Sam lawsuit graphic

A legal disagreement about who is responsible for the Coastside’s sewer main system has cost local districts a total of at least $727,000 to date. The suit, which the parties failed to settle in mediation, is now in the discovery phase.

The latest numbers, provided to the Review by district leaders, show the city of Half Moon Bay has spent nearly $500,000 to date, with estimates from Granada Community Services District at around $200,000 and the Sewer Authority Mid-Coastside at almost $60,000. Leaders at the Montara Water and Sanitary District declined to give an estimate of their legal costs related to the lawsuit.

The suit revolves around whose taxpayers and ratepayers should bear the cost and responsibility for millions of dollars worth of needed updates to the Intertie Pipeline System. That system delivers wastewater from communities to the north to the SAM wastewater treatment plant in Half Moon Bay. After mediation failed late last year, the city announced it would move forward with the lawsuit in Santa Clara County Superior Court, now in the discovery phase.

Leaders from both sides of the suit are at an impasse after the failed negotiations, each blaming the other for walking away from the table. While Half Moon Bay officials say GCSD and MWSD stepped away, MWSD Director Clemens Heldmaier maintains that Montara agreed to the terms of the settlement, but Half Moon Bay did not.

“The cost has been high,” Heldmaier said. “It’s costing our community dearly and we don't understand why the City Council members did not agree to the mediated settlement, why they misrepresented what happened in mediation, nor why they thought it was OK to violate the confidentiality of the mediation.”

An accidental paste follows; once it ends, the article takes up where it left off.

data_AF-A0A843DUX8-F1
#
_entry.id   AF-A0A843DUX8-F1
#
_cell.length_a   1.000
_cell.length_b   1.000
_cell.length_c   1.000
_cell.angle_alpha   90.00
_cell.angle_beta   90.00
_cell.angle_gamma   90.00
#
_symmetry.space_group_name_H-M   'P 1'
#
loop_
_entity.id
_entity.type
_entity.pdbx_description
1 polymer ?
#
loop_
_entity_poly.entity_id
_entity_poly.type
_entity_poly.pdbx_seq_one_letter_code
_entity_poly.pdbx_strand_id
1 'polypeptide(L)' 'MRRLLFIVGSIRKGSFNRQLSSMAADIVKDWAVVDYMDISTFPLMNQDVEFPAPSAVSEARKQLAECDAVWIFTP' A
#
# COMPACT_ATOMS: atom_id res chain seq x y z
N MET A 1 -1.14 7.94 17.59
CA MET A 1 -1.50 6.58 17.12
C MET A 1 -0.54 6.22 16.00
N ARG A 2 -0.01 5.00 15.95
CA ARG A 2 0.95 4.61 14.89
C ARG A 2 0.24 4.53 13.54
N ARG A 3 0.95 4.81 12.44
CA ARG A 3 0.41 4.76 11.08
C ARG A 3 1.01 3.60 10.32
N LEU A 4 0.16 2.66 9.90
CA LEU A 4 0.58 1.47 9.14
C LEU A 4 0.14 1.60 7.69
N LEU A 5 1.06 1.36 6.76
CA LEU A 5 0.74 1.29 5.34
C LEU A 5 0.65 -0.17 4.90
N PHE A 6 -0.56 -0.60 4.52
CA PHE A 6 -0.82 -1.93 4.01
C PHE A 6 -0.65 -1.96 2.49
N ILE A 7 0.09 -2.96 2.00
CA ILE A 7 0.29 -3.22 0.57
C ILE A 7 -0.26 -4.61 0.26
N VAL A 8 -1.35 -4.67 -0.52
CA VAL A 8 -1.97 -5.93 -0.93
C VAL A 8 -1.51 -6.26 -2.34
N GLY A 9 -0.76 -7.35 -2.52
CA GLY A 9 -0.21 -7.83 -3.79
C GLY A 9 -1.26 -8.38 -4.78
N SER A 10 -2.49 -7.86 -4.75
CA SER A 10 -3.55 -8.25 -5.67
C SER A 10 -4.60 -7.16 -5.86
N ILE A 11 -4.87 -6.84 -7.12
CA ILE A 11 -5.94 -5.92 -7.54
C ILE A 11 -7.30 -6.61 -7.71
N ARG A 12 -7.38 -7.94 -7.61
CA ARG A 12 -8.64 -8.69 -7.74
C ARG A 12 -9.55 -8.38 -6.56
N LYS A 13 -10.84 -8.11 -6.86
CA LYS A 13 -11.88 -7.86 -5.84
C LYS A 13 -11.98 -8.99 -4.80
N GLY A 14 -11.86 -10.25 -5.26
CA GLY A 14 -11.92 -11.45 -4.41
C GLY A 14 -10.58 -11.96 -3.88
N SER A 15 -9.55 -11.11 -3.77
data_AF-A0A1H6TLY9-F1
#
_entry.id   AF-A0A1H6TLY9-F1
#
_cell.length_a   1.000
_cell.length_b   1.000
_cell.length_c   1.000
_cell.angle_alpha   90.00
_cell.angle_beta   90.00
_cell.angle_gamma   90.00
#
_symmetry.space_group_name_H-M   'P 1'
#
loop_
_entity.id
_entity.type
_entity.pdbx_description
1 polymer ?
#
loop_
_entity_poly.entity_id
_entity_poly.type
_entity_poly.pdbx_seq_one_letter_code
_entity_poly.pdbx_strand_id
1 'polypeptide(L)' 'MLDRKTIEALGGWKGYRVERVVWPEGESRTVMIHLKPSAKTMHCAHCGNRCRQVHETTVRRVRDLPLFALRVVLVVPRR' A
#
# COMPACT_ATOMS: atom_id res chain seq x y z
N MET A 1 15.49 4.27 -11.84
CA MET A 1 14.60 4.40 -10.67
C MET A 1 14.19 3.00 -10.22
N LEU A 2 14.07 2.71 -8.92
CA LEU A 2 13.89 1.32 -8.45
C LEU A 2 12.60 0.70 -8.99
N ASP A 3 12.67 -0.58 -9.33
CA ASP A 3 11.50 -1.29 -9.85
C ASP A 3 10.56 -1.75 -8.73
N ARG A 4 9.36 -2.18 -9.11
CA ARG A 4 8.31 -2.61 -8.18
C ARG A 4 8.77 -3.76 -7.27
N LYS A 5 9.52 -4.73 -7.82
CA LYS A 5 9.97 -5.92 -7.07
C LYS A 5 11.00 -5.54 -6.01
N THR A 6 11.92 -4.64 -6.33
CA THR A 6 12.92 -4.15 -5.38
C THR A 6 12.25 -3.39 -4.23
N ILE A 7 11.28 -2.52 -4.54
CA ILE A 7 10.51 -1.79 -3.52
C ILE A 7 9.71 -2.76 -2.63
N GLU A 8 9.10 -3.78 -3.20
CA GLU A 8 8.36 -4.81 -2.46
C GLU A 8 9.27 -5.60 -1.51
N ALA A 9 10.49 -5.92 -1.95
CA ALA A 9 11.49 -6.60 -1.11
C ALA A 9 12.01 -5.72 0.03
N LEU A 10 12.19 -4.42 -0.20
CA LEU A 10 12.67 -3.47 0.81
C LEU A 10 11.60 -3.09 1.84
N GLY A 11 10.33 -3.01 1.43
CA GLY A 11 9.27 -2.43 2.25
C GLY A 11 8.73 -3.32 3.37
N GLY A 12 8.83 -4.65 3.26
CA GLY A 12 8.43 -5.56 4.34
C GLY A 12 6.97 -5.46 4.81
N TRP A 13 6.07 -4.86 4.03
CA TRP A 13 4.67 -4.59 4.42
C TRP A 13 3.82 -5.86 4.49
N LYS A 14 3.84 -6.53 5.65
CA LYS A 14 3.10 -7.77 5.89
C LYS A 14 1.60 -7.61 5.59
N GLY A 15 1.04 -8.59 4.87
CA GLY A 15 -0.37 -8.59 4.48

One thing everyone agrees on is that the suit has been a huge time and money pit for each of the agencies, which are also juggling myriad other responsibilities. To Kishen Prathivadi, SAM’s general manager, just retrieving decades-old documents like board meeting minutes and policy papers for discovery takes up valuable staff time and funds that could instead be spent on the highest priority projects.

“That is a humongous task,” Prathivadi said. “The time is money.”

The city of Half Moon Bay has spent the most on the suit, and Public Works Director John Doughty said the latest costs, related to discovery, are particularly steep. He said he’d rather see the money go to capital improvements or to offset rate increases.

“Ultimately, it’s not about the city’s money, it’s about the ratepayer’s money and what they have to pay into the system,” Doughty said. “No one has enjoyed this, and no one has enjoyed having to put this money into (the lawsuit) rather than making additional improvements to our systems.”

The Midcoast Community Council weighed in in late May with a letter encouraging the city of Half Moon Bay to end the suit to save money and time. In a response, the city maintained that it preferred to settle the dispute and avoid litigation, but that MWSD and GCSD reneged.

“It’s unfortunate that the three member agencies cannot come to an agreement outside of court,” wrote MCC Chair Michelle Weil in an email to the Review. “The litigation not only creates a divide among Coastsiders when we should be striving for unity, but it will end up costing ratepayers millions of dollars in legal fees.”

Sarah Wright is the deputy editor for the Review. She reports on unincorporated San Mateo County and local schools. She holds a bachelor’s degree in Foreign Service from Georgetown University and has worked in policy and communications in Washington, D.C.

(1) comment

John Charles Ullom

Good work Ms. Wright. Good to know somebody at the Review is doing the math. About time we had some investigative journalism done by professional journalists.

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